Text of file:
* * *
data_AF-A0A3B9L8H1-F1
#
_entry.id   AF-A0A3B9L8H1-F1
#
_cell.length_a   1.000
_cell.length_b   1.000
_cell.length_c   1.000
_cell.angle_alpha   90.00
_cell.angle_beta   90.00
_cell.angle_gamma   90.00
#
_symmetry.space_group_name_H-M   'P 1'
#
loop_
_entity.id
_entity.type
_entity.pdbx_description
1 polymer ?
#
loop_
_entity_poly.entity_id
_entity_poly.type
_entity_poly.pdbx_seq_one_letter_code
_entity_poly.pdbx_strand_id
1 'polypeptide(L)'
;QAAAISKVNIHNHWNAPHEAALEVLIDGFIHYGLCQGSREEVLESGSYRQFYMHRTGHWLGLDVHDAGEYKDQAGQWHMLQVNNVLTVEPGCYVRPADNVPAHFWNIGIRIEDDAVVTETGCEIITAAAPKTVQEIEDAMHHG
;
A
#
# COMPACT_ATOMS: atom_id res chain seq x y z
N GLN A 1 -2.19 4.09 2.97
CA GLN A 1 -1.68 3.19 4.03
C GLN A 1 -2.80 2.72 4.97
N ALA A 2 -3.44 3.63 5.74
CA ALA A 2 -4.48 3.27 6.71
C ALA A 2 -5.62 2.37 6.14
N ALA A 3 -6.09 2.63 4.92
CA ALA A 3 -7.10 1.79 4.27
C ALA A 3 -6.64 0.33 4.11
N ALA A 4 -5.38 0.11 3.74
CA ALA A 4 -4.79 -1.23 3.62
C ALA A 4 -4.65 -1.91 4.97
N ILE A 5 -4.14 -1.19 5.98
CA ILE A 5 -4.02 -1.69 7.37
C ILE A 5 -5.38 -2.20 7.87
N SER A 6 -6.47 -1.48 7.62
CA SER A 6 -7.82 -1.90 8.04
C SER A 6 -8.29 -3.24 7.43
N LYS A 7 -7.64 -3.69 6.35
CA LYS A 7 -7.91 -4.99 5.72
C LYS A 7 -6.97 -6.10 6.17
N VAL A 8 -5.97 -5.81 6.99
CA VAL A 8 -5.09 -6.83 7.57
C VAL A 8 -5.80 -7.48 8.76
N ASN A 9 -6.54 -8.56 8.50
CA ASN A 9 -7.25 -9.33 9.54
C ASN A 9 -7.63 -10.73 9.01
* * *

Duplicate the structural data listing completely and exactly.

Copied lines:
data_AF-A0A3B9L8H1-F1
#
_entry.id   AF-A0A3B9L8H1-F1
#
_cell.length_a   1.000
_cell.length_b   1.000
_cell.length_c   1.000
_cell.angle_alpha   90.00
_cell.angle_beta   90.00
_cell.angle_gamma   90.00
#
_symmetry.space_group_name_H-M   'P 1'
#
loop_
_entity.id
_entity.type
_entity.pdbx_description
1 polymer ?
#
loop_
_entity_poly.entity_id
_entity_poly.type
_entity_poly.pdbx_seq_one_letter_code
_entity_poly.pdbx_strand_id
1 'polypeptide(L)'
;QAAAISKVNIHNHWNAPHEAALEVLIDGFIHYGLCQGSREEVLESGSYRQFYMHRTGHWLGLDVHDAGEYKDQAGQWHMLQVNNVLTVEPGCYVRPADNVPAHFWNIGIRIEDDAVVTETGCEIITAAAPKTVQEIEDAMHHG
;
A
#
# COMPACT_ATOMS: atom_id res chain seq x y z
N GLN A 1 -2.19 4.09 2.97
CA GLN A 1 -1.68 3.19 4.03
C GLN A 1 -2.80 2.72 4.97
N ALA A 2 -3.44 3.63 5.74
CA ALA A 2 -4.48 3.27 6.71
C ALA A 2 -5.62 2.37 6.14
N ALA A 3 -6.09 2.63 4.92
CA ALA A 3 -7.10 1.79 4.27
C ALA A 3 -6.64 0.33 4.11
N ALA A 4 -5.38 0.11 3.74
CA ALA A 4 -4.79 -1.23 3.62
C ALA A 4 -4.65 -1.91 4.97
N ILE A 5 -4.14 -1.19 5.98
CA ILE A 5 -4.02 -1.69 7.37
C ILE A 5 -5.38 -2.20 7.87
N SER A 6 -6.47 -1.48 7.62
CA SER A 6 -7.82 -1.90 8.04
C SER A 6 -8.29 -3.24 7.43
N LYS A 7 -7.64 -3.69 6.35
CA LYS A 7 -7.91 -4.99 5.72
C LYS A 7 -6.97 -6.10 6.17
N VAL A 8 -5.97 -5.81 6.99
CA VAL A 8 -5.09 -6.83 7.57
C VAL A 8 -5.80 -7.48 8.76
N ASN A 9 -6.54 -8.56 8.50
CA ASN A 9 -7.25 -9.33 9.54
C ASN A 9 -7.63 -10.73 9.01